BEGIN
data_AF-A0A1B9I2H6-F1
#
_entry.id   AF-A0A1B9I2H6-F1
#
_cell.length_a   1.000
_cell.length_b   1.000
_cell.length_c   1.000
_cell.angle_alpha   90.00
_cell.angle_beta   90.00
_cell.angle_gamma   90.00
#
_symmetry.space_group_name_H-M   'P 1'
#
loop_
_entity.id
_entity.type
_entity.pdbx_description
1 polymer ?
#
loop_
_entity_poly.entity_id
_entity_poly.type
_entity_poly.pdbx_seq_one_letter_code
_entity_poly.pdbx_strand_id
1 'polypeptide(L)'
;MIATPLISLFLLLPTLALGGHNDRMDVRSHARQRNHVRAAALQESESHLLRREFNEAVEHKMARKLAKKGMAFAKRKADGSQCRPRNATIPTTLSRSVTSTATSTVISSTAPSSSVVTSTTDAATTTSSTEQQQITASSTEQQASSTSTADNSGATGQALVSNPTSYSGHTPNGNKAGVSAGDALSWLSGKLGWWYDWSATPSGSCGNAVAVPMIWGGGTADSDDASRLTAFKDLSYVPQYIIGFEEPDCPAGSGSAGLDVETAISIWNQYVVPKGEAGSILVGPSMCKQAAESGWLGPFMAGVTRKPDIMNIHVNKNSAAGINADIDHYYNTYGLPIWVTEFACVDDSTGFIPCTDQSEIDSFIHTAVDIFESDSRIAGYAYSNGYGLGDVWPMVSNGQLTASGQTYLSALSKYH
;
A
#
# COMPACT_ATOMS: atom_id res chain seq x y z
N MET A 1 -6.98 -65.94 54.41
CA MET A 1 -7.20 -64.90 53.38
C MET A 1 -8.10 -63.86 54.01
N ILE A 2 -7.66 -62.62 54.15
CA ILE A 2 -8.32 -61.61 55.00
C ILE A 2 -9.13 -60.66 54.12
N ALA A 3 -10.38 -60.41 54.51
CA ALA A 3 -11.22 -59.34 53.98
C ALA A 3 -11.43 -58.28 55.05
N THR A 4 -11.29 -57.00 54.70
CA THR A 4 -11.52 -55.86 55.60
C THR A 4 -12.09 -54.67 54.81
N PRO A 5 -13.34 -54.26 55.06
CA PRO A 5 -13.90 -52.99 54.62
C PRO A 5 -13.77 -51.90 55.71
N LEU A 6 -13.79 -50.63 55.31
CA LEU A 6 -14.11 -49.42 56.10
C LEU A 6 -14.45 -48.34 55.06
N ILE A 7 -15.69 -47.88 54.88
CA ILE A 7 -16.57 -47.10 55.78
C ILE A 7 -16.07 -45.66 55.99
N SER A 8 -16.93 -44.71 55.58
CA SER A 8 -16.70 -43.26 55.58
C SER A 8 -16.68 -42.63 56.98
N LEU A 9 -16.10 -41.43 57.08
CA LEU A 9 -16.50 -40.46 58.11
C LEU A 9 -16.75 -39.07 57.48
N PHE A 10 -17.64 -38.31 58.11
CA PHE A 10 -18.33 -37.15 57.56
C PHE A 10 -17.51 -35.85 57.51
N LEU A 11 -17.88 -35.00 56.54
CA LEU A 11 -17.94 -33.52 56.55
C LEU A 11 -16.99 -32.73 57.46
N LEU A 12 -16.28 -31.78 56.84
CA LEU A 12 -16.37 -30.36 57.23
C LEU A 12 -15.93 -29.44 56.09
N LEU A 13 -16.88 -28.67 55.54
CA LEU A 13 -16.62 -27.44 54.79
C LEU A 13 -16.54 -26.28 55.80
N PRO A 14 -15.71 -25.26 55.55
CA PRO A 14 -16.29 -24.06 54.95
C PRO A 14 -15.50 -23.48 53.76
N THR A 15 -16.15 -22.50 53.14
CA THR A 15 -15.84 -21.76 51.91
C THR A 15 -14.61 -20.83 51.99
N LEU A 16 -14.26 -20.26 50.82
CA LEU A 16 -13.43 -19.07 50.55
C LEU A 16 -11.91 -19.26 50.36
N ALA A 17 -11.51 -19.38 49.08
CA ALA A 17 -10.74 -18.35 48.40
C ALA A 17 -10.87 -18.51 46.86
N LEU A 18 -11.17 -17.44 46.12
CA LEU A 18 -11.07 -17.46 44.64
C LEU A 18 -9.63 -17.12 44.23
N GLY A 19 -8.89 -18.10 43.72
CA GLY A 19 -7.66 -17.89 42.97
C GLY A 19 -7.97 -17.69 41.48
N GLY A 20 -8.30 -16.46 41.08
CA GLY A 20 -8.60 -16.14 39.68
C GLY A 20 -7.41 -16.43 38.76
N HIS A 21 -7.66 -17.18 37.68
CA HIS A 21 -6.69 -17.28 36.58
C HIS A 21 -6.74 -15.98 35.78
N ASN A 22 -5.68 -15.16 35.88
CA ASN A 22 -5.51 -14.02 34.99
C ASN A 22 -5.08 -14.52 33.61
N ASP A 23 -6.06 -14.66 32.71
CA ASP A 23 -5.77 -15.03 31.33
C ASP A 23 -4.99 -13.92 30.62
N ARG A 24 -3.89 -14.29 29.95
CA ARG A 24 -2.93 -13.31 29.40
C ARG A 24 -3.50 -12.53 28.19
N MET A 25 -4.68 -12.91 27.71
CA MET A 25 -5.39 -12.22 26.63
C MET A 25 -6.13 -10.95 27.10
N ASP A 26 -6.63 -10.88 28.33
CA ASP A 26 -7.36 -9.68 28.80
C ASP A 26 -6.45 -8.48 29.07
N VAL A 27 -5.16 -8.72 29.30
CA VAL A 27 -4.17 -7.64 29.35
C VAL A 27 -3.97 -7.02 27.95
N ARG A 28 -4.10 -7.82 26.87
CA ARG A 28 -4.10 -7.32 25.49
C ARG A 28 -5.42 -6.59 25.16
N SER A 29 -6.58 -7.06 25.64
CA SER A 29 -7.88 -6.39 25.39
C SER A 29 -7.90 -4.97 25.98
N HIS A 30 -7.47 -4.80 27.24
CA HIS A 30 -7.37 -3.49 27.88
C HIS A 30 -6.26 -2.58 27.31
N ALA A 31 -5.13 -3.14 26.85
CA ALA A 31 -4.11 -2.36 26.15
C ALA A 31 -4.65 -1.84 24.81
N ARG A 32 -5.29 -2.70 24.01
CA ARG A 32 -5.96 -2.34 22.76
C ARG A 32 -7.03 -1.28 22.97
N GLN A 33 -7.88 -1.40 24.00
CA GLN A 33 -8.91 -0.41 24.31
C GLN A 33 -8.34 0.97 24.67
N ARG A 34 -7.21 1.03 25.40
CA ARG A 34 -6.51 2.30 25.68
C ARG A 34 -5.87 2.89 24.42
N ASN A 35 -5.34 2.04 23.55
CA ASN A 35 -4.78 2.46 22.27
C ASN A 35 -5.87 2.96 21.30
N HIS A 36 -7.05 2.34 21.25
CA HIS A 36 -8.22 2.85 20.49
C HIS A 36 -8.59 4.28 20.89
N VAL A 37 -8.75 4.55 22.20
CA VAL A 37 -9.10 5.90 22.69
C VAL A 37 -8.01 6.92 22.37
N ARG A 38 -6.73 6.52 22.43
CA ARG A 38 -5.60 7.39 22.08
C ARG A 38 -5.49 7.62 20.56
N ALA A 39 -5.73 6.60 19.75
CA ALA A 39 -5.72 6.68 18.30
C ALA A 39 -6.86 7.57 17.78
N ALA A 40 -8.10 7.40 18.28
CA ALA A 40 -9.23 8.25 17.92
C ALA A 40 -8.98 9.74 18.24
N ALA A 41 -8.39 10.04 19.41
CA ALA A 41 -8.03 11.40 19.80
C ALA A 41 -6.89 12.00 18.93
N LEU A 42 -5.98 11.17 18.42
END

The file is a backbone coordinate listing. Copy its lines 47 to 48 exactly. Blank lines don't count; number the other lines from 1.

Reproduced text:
CA LEU A 6 -14.11 -49.42 56.10
C LEU A 6 -14.45 -48.34 55.06